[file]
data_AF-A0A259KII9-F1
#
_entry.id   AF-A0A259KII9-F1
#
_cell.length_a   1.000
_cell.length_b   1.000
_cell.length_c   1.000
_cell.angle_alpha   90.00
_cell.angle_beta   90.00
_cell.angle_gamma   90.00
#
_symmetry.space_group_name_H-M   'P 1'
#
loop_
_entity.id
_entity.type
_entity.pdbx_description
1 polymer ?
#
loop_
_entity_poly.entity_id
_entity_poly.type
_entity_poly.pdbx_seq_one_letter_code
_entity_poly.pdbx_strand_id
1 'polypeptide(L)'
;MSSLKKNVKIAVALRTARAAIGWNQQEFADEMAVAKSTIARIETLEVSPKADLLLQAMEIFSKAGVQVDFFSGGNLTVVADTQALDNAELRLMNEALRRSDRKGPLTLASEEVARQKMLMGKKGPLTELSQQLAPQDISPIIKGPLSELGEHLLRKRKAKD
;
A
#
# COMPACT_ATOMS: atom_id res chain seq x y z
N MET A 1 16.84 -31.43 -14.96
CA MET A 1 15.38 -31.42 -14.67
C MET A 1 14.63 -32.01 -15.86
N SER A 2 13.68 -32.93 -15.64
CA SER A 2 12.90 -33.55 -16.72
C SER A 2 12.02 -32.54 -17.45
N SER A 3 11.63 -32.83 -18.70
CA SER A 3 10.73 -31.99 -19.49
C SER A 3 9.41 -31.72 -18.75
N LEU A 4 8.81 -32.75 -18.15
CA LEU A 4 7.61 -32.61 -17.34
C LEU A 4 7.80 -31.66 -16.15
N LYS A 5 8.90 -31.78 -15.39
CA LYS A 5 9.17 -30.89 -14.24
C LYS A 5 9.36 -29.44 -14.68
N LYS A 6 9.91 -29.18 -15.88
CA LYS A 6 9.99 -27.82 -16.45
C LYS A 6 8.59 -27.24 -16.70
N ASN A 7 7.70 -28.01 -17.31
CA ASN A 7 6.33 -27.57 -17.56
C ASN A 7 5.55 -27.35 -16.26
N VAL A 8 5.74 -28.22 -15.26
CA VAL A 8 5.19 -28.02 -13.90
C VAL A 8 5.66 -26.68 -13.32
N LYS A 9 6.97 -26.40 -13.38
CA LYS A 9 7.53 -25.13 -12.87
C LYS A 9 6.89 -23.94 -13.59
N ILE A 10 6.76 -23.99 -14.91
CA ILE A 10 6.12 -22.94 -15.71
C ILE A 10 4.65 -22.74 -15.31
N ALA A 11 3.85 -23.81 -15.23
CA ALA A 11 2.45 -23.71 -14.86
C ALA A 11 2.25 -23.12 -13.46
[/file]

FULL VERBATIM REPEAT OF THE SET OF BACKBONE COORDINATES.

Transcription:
data_AF-A0A259KII9-F1
#
_entry.id   AF-A0A259KII9-F1
#
_cell.length_a   1.000
_cell.length_b   1.000
_cell.length_c   1.000
_cell.angle_alpha   90.00
_cell.angle_beta   90.00
_cell.angle_gamma   90.00
#
_symmetry.space_group_name_H-M   'P 1'
#
loop_
_entity.id
_entity.type
_entity.pdbx_description
1 polymer ?
#
loop_
_entity_poly.entity_id
_entity_poly.type
_entity_poly.pdbx_seq_one_letter_code
_entity_poly.pdbx_strand_id
1 'polypeptide(L)'
;MSSLKKNVKIAVALRTARAAIGWNQQEFADEMAVAKSTIARIETLEVSPKADLLLQAMEIFSKAGVQVDFFSGGNLTVVADTQALDNAELRLMNEALRRSDRKGPLTLASEEVARQKMLMGKKGPLTELSQQLAPQDISPIIKGPLSELGEHLLRKRKAKD
;
A
#
# COMPACT_ATOMS: atom_id res chain seq x y z
N MET A 1 16.84 -31.43 -14.96
CA MET A 1 15.38 -31.42 -14.67
C MET A 1 14.63 -32.01 -15.86
N SER A 2 13.68 -32.93 -15.64
CA SER A 2 12.90 -33.55 -16.72
C SER A 2 12.02 -32.54 -17.45
N SER A 3 11.63 -32.83 -18.70
CA SER A 3 10.73 -31.99 -19.49
C SER A 3 9.41 -31.72 -18.75
N LEU A 4 8.81 -32.75 -18.15
CA LEU A 4 7.61 -32.61 -17.34
C LEU A 4 7.80 -31.66 -16.15
N LYS A 5 8.90 -31.78 -15.39
CA LYS A 5 9.17 -30.89 -14.24
C LYS A 5 9.36 -29.44 -14.68
N LYS A 6 9.91 -29.18 -15.88
CA LYS A 6 9.99 -27.82 -16.45
C LYS A 6 8.59 -27.24 -16.70
N ASN A 7 7.70 -28.01 -17.31
CA ASN A 7 6.33 -27.57 -17.56
C ASN A 7 5.55 -27.35 -16.26
N VAL A 8 5.74 -28.22 -15.26
CA VAL A 8 5.19 -28.02 -13.90
C VAL A 8 5.66 -26.68 -13.32
N LYS A 9 6.97 -26.40 -13.38
CA LYS A 9 7.53 -25.13 -12.87
C LYS A 9 6.89 -23.94 -13.59
N ILE A 10 6.76 -23.99 -14.91
CA ILE A 10 6.12 -22.94 -15.71
C ILE A 10 4.65 -22.74 -15.31
N ALA A 11 3.85 -23.81 -15.23
CA ALA A 11 2.45 -23.71 -14.86
C ALA A 11 2.25 -23.12 -13.46